Luke Skywalker went from a bumbling farm boy to a Jedi Knight in front of audiences’ eyes in George Lucas’s original Star Wars trilogy. His father, Anakin, took a slightly darker route, but he still did his own version of a coming-of-age story. The heroes of the newest Star Wars trilogy, which will end with the Colin Trevorrow-directed Episode IX, will probably end their adventures in a similar way, especially with Trevorrow involved. Coming-of-age stories and the kids affected by them are the bread and butter of Star Wars.
Trevorrow told Fandango that understanding the way children respond to the Star Wars films and stories is “extremely crucial” to creating the stories in the first place.
It’s how it was with us [growing up]. Luke Skywalker, Han Solo, and Princess Leia were all characters that we were able to identify with in various ways, and especially with the character of Rey and what she means to young girls right now, and the challenges that she’s up against. It is extremely crucial that I understand what actual children are feeling about these stories that we’re telling them, and I think it’s important that I have kids, and if filmmakers don’t have kids, they should go talk to them because they don’t see things the same way that we did when we were kids. So, yes, I am very dialed into that because I think it’s a requisite of the job.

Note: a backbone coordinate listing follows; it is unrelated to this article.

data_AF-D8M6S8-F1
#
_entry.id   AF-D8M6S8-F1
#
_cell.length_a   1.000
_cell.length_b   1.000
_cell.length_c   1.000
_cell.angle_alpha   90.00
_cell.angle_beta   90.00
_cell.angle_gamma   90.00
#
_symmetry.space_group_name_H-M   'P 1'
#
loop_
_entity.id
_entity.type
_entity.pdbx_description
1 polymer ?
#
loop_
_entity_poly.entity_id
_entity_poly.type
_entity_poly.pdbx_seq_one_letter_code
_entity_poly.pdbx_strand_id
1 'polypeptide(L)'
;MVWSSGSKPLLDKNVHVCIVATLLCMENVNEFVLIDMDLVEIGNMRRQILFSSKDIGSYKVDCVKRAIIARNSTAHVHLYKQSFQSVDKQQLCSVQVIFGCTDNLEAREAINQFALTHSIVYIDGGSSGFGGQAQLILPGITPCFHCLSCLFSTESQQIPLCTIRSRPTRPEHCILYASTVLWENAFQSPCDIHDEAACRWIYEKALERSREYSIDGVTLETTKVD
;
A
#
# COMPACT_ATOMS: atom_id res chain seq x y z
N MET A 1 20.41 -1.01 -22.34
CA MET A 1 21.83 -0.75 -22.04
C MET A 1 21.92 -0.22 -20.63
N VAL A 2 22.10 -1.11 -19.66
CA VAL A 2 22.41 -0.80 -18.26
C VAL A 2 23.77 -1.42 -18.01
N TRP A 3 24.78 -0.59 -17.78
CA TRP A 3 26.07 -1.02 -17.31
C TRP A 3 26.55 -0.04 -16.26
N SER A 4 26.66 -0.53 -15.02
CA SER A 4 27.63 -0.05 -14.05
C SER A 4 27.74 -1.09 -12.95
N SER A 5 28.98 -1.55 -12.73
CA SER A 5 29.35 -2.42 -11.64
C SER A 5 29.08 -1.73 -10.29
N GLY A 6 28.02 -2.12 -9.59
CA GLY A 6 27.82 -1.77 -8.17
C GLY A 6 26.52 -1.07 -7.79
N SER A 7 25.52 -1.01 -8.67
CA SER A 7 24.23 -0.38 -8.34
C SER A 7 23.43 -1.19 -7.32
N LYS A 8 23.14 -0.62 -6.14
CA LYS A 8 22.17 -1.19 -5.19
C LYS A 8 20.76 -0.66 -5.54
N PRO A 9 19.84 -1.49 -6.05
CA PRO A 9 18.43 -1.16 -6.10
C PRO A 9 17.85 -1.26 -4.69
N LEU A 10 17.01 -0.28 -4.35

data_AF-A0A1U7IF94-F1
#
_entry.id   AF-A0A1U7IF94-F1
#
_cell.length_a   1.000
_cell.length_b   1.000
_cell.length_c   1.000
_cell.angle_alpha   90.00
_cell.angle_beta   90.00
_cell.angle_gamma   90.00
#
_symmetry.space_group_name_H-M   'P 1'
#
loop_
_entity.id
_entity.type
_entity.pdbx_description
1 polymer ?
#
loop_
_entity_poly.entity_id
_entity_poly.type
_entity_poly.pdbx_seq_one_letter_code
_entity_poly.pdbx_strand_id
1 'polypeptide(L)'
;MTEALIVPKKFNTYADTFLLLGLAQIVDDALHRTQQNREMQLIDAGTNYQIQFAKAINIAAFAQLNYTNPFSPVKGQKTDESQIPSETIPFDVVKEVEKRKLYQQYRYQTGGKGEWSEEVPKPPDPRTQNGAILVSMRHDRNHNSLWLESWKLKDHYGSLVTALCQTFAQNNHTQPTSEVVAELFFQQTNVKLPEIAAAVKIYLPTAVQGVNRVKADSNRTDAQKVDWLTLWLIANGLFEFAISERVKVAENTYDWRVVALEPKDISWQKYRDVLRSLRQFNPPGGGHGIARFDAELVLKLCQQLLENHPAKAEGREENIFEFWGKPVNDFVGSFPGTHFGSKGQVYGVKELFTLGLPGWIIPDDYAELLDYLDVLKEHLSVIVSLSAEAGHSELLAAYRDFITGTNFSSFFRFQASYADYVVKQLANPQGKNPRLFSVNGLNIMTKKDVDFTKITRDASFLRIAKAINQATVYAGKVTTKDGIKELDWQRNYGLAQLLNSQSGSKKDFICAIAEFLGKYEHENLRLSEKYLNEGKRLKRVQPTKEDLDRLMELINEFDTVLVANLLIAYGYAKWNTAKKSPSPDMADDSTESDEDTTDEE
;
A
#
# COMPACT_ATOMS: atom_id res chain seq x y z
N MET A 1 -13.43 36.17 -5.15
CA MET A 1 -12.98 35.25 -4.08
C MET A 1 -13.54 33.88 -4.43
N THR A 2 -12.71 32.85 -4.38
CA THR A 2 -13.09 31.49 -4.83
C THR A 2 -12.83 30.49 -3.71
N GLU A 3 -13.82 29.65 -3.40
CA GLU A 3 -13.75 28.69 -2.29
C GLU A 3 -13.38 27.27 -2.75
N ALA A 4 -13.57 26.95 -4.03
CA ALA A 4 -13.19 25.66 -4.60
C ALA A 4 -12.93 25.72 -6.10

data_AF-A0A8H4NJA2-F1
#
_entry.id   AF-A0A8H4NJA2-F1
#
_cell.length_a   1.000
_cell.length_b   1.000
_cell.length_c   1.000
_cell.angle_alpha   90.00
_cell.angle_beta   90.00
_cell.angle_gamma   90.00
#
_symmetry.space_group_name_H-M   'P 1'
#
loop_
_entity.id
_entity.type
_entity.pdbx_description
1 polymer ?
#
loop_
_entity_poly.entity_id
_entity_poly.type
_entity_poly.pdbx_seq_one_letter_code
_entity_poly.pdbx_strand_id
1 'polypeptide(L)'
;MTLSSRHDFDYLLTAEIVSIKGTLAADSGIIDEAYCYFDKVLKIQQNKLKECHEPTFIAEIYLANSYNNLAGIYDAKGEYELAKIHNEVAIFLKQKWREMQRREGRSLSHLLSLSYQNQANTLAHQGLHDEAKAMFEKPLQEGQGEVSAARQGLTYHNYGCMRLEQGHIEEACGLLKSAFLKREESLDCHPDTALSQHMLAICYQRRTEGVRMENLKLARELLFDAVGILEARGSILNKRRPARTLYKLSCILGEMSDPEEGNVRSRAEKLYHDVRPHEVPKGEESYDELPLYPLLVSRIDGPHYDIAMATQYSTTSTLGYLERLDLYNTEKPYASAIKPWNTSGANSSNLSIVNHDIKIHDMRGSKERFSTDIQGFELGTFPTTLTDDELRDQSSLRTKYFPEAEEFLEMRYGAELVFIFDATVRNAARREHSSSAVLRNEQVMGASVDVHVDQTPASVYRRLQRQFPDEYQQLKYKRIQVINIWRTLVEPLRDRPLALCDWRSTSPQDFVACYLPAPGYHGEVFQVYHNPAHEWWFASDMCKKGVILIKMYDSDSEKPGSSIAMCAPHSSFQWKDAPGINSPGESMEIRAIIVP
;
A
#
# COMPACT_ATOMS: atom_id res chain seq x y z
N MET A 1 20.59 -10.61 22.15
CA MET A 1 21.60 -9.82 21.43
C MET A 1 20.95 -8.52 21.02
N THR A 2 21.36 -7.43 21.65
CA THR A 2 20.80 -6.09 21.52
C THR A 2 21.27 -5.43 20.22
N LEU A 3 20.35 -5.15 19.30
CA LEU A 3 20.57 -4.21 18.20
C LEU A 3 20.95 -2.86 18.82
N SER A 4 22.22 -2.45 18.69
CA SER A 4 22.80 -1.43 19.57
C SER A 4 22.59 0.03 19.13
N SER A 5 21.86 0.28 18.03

Granted, the last time there was a gathering of children in the Star Wars universe, it, uh, didn’t go so well. The younglings Anakin took out in Revenge of the Sith would probably agree.
The prequel trilogy was well known at the time as being a kid-friendly endeavor, with Star Wars: The Phantom Menace revolving heavily around a pint-sized Anakin and including the laughable (often offensive) Jar Jar Binks as childish comedic relief.
But the latest Star Wars trilogy has already proven itself to be focused on moving forward. The three main characters, Rey, Finn, and Poe, are portrayed by a woman and two men of color, respectively. And while some fans and various trolls online have taken it upon themselves to point out, again and again, that Star Wars “isn’t about being politically correct,” Trevorrow taking stock of what younger generations are looking for can only enhance the saga’s reach. As Trevorrow points out, kids these days “don’t see things the same way” as kids in the 1970s, and that can only be a good thing.
Star Wars: Episode IX is expected to premiere in theaters on May 24, 2019, with its predecessor, Star Wars: The Last Jedi, premiering in theaters on December 15 of this year.Photos via Lucasfilm